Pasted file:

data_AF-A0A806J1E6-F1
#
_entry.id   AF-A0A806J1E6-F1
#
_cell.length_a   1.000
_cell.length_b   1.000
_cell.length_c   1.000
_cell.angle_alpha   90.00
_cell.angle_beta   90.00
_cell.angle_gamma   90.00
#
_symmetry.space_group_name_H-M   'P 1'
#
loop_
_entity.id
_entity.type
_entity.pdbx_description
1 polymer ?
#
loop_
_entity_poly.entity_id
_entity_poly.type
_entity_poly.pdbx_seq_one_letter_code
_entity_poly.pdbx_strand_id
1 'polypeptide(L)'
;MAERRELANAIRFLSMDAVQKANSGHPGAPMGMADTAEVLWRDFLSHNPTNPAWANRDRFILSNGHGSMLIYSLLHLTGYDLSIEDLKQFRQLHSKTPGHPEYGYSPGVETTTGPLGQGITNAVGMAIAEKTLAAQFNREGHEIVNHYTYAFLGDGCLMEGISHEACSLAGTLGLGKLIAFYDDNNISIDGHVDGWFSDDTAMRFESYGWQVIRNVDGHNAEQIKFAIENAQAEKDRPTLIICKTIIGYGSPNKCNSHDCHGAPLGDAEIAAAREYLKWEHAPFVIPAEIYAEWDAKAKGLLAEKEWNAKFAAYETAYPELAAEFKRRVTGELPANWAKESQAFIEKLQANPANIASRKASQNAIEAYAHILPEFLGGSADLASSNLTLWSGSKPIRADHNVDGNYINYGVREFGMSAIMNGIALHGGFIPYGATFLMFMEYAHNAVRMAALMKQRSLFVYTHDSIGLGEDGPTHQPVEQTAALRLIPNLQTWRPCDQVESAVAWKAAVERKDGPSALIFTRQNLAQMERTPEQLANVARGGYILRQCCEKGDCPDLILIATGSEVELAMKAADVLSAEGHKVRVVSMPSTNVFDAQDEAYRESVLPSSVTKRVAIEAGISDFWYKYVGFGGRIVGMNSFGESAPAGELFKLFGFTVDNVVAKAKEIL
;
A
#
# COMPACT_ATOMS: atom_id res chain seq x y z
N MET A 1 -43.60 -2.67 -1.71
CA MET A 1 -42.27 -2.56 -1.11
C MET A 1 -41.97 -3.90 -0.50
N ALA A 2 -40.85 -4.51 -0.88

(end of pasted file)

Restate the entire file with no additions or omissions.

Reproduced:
data_AF-A0A806J1E6-F1
#
_entry.id   AF-A0A806J1E6-F1
#
_cell.length_a   1.000
_cell.length_b   1.000
_cell.length_c   1.000
_cell.angle_alpha   90.00
_cell.angle_beta   90.00
_cell.angle_gamma   90.00
#
_symmetry.space_group_name_H-M   'P 1'
#
loop_
_entity.id
_entity.type
_entity.pdbx_description
1 polymer ?
#
loop_
_entity_poly.entity_id
_entity_poly.type
_entity_poly.pdbx_seq_one_letter_code
_entity_poly.pdbx_strand_id
1 'polypeptide(L)'
;MAERRELANAIRFLSMDAVQKANSGHPGAPMGMADTAEVLWRDFLSHNPTNPAWANRDRFILSNGHGSMLIYSLLHLTGYDLSIEDLKQFRQLHSKTPGHPEYGYSPGVETTTGPLGQGITNAVGMAIAEKTLAAQFNREGHEIVNHYTYAFLGDGCLMEGISHEACSLAGTLGLGKLIAFYDDNNISIDGHVDGWFSDDTAMRFESYGWQVIRNVDGHNAEQIKFAIENAQAEKDRPTLIICKTIIGYGSPNKCNSHDCHGAPLGDAEIAAAREYLKWEHAPFVIPAEIYAEWDAKAKGLLAEKEWNAKFAAYETAYPELAAEFKRRVTGELPANWAKESQAFIEKLQANPANIASRKASQNAIEAYAHILPEFLGGSADLASSNLTLWSGSKPIRADHNVDGNYINYGVREFGMSAIMNGIALHGGFIPYGATFLMFMEYAHNAVRMAALMKQRSLFVYTHDSIGLGEDGPTHQPVEQTAALRLIPNLQTWRPCDQVESAVAWKAAVERKDGPSALIFTRQNLAQMERTPEQLANVARGGYILRQCCEKGDCPDLILIATGSEVELAMKAADVLSAEGHKVRVVSMPSTNVFDAQDEAYRESVLPSSVTKRVAIEAGISDFWYKYVGFGGRIVGMNSFGESAPAGELFKLFGFTVDNVVAKAKEIL
;
A
#
# COMPACT_ATOMS: atom_id res chain seq x y z
N MET A 1 -43.60 -2.67 -1.71
CA MET A 1 -42.27 -2.56 -1.11
C MET A 1 -41.97 -3.90 -0.50
N ALA A 2 -40.85 -4.51 -0.88